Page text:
New Orleans recently enacted a breed neutral dangerous dog law that keeps its residents safe from dangerous dogs of any breed. We'd like to see Westwego adopt a similar law--one that can be enforced and effective. We were pleased to be asked for our opinion in some of the recent news coverage regarding the Westwego proposal, but disappointed that the coverage ultimately focused on the sensational aspects of this tragic, isolated incident rather than promoting a discussion of effective laws. We've reached out to the council in Westwego, but remain unconvinced of their interest in seeking out effective policy. Below you will find the text of the letter we have sent to them. We hope you will also reach out to share your thoughts will them; it is important that they hear from rational, level-headed people who understand that focusing solely on breeds will not keep anyone safe. You can read the New Orleans ordinances here; and you can find the contact information for Westwego city council here.
Like you, we were alarmed with the news of the recent, extreme attack on a Westwego woman who was sharing a home with a pit bull breeding operation. Contrary to suggestions occasionally made by non-experts on broadcast and print media, science shows us that the behavior of "dangerous dogs" can not be accurately predicted by breed or appearance. All dogs - from a Chihuahua to a Rottweiler - can be a menace to a community if they are not properly socialized by the humans that own them.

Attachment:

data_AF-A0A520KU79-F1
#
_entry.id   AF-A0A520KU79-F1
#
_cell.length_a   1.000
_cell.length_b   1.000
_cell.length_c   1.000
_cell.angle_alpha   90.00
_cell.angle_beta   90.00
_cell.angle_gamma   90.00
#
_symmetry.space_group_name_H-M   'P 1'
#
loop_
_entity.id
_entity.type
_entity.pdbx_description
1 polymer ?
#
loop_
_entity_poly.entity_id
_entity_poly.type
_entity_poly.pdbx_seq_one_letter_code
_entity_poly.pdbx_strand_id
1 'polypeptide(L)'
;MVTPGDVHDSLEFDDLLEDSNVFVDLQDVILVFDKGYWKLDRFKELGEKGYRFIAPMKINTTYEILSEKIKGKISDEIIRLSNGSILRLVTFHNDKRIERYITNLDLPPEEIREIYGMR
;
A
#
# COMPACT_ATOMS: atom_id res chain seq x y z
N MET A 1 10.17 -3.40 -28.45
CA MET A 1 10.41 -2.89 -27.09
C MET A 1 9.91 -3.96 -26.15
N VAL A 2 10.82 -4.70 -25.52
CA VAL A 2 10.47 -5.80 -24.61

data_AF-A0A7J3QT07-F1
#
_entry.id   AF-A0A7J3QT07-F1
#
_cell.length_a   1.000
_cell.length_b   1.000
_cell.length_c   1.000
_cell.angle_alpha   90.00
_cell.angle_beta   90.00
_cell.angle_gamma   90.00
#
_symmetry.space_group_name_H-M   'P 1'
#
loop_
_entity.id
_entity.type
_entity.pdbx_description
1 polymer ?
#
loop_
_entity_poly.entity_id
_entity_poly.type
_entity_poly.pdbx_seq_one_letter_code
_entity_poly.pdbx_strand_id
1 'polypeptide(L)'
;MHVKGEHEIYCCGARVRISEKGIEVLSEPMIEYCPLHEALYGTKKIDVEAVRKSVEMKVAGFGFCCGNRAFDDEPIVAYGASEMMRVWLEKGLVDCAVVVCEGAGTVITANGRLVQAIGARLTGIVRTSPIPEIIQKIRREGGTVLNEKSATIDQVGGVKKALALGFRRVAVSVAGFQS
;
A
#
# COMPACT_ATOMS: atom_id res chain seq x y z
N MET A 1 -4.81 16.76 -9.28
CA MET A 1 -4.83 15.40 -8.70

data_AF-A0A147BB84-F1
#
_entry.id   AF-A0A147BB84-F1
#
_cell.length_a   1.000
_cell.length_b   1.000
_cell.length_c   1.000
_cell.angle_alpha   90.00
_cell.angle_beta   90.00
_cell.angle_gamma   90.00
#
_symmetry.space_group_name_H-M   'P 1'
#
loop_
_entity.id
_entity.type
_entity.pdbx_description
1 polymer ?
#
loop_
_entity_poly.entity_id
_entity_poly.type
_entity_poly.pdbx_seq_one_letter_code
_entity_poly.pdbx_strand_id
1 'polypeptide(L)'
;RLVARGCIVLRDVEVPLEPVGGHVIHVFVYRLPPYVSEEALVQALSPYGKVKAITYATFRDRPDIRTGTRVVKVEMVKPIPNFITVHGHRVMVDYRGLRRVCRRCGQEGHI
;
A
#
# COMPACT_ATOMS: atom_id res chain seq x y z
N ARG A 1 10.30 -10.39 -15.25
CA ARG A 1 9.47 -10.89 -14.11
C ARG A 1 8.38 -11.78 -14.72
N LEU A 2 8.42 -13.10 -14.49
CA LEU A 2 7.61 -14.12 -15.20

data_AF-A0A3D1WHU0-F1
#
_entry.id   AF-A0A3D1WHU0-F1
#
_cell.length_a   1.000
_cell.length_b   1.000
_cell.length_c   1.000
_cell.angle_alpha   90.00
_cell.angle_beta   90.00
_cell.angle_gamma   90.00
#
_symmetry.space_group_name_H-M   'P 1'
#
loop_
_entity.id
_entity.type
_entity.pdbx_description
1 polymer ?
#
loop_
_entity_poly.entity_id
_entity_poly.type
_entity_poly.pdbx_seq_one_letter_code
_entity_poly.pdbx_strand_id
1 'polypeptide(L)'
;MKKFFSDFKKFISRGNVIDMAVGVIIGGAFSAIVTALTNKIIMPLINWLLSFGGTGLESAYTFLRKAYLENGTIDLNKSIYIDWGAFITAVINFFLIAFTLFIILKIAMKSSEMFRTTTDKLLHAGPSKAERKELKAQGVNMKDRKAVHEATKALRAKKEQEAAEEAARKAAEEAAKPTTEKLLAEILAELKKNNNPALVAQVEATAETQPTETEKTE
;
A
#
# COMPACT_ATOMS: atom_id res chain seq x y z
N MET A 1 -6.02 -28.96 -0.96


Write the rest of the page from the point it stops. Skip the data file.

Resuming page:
The American Veterinary Medical Association, the Center for Disease Control, the American Kennel Club, the ASPCA and countless other professional organizations agree. The CDC, often misquoted in these matters, does not support breed profiling, also known as breed-specific legislation (BSL). After years of study, the CDC concluded that many other factors mark the probability of a dog displaying inappropriate aggression: reproductive status, heredity, sex, early experience, and socialization and training.
70% of all dog bite cases involve unsterilized male dogs, and an unneutered male dog is 2.6 times more likely to bite than a neutered dog. 94% of all dog related human fatalities in the United States involve unsterilized canines. Dogs kept tethered in a yard account for 25% of all fatal attacks.
More particularly, several recurring claims in the media have absolutely no basis in fact:
*Pit bulls do NOT have "stronger jaws" than other breeds; all dogs, on average, have a bite with 320 pounds of pressure per square inch.